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Most pediatric ER workers say they are willing to receive the smallpox vaccine, but few have done so

In January 2003, smallpox vaccinations were offered to health care workers to create hospital-based teams prepared to care for patients with smallpox as part of national bioterrorism preparedness activities. A 2002 survey of pediatric emergency health care workers (HCWs) in the weeks before the start of the national vaccination program found that 72 percent of those surveyed were willing to receive the smallpox vaccine. Researchers from the University of Pennsylvania and two Philadelphia hospitals sent the survey to physicians, nurses, and ancillary staff at five pediatric emergency departments in major U.S. cities. Their work was supported in part by the Agency for Healthcare Research and Quality (HS10399) through the Agency's Centers for Education and Research on Therapeutics (CERTs) program.

Pediatric emergency HCWs who were willing to receive the smallpox vaccine were 29 percent more likely than those who were unwilling to receive the vaccine to believe that a local smallpox outbreak was likely to occur in their city during the next 12 months. One-fifth of those surveyed reported a contraindication to smallpox vaccine. Nevertheless, more than half of them indicated they would still be willing to receive the vaccine. More than half of all HCWs surveyed reported concerns about vaccine-related adverse effects.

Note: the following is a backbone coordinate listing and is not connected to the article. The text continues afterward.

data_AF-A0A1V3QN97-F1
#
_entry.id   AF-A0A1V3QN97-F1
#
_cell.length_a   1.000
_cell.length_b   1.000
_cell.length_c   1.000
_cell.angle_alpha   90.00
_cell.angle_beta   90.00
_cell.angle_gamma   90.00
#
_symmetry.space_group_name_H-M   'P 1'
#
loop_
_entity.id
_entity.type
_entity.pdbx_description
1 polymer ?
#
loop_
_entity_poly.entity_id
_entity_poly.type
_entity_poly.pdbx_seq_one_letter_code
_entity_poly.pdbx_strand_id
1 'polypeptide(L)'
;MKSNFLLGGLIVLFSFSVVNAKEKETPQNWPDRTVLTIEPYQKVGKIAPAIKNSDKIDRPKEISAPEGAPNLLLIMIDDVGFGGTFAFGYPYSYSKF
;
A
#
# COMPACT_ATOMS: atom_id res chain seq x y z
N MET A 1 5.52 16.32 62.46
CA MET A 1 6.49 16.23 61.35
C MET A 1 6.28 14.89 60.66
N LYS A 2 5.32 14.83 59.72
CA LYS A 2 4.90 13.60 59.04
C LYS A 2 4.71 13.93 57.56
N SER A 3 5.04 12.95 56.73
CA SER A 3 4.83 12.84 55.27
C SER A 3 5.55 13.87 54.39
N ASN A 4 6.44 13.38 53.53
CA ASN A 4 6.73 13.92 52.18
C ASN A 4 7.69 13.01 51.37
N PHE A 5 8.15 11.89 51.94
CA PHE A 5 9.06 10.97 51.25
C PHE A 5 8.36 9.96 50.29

HCWs who perceived themselves at high risk for vaccine-related adverse events were 27 percent less willing to receive the pre-event smallpox vaccine. Self-protection was the most common reason cited for wanting to receive the vaccine, followed by protecting one's family. Thus, many pediatric HCWs were willing to receive pre-event smallpox vaccine, but they reported ambivalent or contradictory attitudes toward the vaccine. These inconsistent attitudes might have contributed to the unexpected poor participation in this program. Fewer than 10 percent of the targeted health care workers had been immunized (38,759 out of 440,000) as of October 31, 2003. The researchers call for further research to identify conflicting beliefs and gaps in knowledge so that educational interventions can be designed for targeted populations.

See "Pre-event vaccination against smallpox: A survey of pediatric emergency health care providers," by Worth W. Everett, M.D., Theoklis L. Zaoutis, M.D., Scott D. Halpern, M.D., Ph.D., and others, in the April 2004 Pediatric Infectious Disease Journal 23(4), pp. 332-337.

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